January Farm Scenes

Sorry, I haven’t been updating the farm blog very well.  One thing that happened is that we got to the bottom of the hay in the hay barn and discovered three very moldy bales.  Considering the amount of flooding we had, this isn’t bad.  But given the high price of hay, any loss is a loss.

We have been surveying the damage from the snowstorms.  This is one tree down on the back of our yard.  Tom found another that fell on the fence in the back of the orchard.  The bamboo in our orchard is collapsed.  We know of one tree down in our back “forty” but haven’t been out there to really assess the damage.

It had been raining here quite a bit and started to flood, yet again.  This is the rain gauge on January 13,

and on January 20.

I have been feeding the blown down pine and spruce branches in our yard to the sheep.  They still seem to like them.

Our new bull Rory seems to be fitting in.  Unfortunately we didn’t take the auction tag off him before we released him.  We were thinking it would come off naturally but hasn’t so far.  We might need to get courageous.

Sadly, he doesn’t seem to be the smartest bull in the world.  He couldn’t figure out this gate even though the cows had gone through.  Tom had to help him.

Ryeleigh continues to entertain us.  Here she is wanting to get to our peacock.

I have been participating in the Country Living Expo & Cattlemen’s Winterschool over the last couple of days.  I have always wanted to do this, but it never worked out.  This year it is virtual again so is easy.  So far I have done Aching Hands & Stomped-On Feet, Rain Water Catchment and Vegetated Treatment for Rural Property, Wintering for Ruminants – Sheep & Goat Mud Mitigation in a Heavy Use Area, Pasture Evaluation and Management, Water Rights Basics for Rural Land Owners, Grow Luscious Tomatoes – Even in the NW! and How to make a Vegetarian Felted Fleece Rug,  Unfortunately I need to work tomorrow so I will need to watch the classes I signed up for (Fruit Tree Pruning (by Gary Moulton!), Make Hay When The Sun Doesn’t Shine, Solar Powered Water & Electrics for Small Farms, and Seed Saving for Home Gardens) later as recordings.  My friend Denise Mor is doing Wool Processing tomorrow at 3:00.  It has been fun and very educational so far and highly recommended.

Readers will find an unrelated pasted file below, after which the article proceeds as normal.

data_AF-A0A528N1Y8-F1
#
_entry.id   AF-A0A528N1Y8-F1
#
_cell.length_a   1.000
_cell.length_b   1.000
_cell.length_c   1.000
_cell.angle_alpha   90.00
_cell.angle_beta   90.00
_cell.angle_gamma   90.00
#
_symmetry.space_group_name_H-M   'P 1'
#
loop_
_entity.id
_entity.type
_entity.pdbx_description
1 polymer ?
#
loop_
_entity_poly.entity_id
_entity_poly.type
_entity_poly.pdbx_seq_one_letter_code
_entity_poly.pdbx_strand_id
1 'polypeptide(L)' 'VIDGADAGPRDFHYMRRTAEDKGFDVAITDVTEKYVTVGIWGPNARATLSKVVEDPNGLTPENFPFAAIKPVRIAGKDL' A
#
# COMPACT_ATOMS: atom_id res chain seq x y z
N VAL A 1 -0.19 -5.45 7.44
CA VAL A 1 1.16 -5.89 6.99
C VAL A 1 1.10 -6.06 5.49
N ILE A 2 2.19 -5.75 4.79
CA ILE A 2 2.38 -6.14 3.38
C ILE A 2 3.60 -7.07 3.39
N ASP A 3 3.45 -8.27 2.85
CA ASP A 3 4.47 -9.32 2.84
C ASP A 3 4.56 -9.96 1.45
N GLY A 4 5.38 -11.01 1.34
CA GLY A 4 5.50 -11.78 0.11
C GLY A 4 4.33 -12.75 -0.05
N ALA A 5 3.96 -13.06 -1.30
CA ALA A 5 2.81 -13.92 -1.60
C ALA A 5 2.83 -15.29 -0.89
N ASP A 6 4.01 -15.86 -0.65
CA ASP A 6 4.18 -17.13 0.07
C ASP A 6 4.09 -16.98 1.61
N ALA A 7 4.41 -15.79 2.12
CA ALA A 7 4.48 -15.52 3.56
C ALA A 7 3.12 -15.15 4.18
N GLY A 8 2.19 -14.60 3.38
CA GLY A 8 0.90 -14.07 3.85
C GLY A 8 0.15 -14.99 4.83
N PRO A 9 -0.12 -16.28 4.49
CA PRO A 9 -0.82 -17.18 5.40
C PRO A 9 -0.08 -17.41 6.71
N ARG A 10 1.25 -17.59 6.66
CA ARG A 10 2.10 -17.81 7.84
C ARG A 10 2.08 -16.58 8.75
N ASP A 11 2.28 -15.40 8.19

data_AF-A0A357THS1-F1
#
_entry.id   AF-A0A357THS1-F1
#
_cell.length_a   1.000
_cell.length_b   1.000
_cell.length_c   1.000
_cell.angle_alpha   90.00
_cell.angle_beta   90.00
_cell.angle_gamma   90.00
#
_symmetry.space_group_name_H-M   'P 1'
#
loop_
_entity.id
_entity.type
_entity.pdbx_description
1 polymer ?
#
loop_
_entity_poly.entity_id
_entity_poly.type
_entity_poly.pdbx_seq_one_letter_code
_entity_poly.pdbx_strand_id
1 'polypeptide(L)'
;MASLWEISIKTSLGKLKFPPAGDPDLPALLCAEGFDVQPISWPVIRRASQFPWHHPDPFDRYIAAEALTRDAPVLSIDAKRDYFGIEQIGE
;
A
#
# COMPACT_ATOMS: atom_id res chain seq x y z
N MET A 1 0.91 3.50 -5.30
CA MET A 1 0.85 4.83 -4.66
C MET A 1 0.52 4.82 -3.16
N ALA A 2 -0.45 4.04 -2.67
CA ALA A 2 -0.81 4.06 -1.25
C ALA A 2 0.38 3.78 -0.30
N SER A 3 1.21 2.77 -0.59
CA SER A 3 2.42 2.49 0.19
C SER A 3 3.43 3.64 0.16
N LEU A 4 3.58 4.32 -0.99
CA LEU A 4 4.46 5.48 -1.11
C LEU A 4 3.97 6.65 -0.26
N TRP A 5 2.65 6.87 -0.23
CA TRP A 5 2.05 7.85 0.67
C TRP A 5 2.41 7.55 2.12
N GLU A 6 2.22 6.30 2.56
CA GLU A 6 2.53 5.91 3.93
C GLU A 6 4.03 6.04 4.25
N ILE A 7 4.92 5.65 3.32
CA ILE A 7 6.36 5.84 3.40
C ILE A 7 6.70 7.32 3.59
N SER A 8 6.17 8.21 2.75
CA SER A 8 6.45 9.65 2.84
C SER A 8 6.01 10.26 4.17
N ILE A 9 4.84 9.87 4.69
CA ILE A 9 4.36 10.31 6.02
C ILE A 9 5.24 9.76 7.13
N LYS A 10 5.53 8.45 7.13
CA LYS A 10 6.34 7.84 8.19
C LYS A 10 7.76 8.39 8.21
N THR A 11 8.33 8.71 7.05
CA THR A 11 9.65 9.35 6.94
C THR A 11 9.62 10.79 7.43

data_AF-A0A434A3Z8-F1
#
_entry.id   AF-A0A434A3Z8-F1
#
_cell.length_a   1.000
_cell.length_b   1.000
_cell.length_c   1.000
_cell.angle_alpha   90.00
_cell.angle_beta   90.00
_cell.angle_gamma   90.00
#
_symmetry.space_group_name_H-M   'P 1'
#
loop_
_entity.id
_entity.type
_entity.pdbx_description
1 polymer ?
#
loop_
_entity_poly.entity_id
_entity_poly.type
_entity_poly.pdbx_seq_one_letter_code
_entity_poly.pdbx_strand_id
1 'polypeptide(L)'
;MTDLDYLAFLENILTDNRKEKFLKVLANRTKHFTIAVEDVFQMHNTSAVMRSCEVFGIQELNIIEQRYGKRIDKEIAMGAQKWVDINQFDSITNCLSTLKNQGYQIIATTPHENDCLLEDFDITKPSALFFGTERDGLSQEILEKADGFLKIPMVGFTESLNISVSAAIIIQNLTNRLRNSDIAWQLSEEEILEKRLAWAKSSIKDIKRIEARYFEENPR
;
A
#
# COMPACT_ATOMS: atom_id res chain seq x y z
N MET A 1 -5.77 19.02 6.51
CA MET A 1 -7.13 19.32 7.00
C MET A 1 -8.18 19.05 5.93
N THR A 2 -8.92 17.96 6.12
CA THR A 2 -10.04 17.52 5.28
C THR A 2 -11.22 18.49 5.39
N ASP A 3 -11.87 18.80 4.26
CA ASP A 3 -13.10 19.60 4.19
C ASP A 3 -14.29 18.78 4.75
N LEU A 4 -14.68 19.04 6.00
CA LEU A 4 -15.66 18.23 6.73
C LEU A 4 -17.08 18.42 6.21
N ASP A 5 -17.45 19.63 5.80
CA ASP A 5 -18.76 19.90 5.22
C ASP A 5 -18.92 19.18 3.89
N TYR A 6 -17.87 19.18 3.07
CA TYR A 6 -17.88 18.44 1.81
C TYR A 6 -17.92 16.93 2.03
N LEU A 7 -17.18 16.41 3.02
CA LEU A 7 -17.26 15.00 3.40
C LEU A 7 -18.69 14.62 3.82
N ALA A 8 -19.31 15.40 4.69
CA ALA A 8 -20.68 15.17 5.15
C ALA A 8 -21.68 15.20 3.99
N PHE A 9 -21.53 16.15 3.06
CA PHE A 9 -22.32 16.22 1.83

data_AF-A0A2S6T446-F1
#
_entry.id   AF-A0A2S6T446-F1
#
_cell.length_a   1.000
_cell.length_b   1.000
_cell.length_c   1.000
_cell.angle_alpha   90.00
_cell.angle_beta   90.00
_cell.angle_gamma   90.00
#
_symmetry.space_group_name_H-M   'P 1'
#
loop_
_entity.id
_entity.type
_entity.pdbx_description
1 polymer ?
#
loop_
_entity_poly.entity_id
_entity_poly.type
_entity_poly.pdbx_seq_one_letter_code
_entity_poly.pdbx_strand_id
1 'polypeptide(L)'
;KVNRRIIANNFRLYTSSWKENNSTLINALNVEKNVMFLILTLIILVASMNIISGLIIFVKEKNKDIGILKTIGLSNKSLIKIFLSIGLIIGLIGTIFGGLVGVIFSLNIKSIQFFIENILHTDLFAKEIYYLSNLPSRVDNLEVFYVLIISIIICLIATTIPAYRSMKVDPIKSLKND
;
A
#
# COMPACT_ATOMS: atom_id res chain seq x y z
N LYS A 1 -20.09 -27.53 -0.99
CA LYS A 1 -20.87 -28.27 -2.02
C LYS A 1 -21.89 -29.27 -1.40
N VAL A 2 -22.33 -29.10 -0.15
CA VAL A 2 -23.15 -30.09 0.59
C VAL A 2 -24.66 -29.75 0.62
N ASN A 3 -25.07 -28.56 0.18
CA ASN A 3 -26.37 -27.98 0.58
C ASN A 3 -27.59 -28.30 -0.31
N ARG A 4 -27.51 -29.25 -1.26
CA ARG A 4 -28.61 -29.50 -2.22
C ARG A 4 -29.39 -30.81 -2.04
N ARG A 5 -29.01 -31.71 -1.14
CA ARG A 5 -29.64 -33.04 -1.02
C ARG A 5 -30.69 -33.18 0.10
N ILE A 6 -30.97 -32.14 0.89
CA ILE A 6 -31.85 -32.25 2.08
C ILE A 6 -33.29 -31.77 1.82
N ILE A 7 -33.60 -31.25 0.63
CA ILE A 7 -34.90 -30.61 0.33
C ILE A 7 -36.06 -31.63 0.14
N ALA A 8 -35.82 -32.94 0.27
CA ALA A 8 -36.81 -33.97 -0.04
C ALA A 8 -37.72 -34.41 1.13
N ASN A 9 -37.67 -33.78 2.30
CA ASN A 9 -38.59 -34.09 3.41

By the way, the reason I haven’t been posting much farm stuff is because I haven’t been feeling well.  My reactive arthritis (and possibly adrenal insufficiency and/or long Covid) have been acting up.  I haven been limited in what I can do.  I still do the animal chores with Tom’s help but not much else.  It may be because we (my wonderful rheumatologist and I) were trying to stretch out my Remicade doses, but there may be other factors at play.  I am feeling a little bit better but trying to listen to my body and not overdoing things (which is my usual M. O.)  So hopefully with some R & R and increasing my infusions I will be up for the upcoming spring farm activities.

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4 Responses to January Farm Scenes

  1. Jeanne says:

    I enjoyed your pictures and the videos,also. Ryeleigh is a character!
    That’s really a shame that you lost those hay bales. How do you dispose of something like that?
    I’m glad you’re enjoying your classes which you mentioned. I’ll bet you are learning a lot.
    I’m so sorry that you haven’t been feeling well. I’ll be lifting you in prayer.


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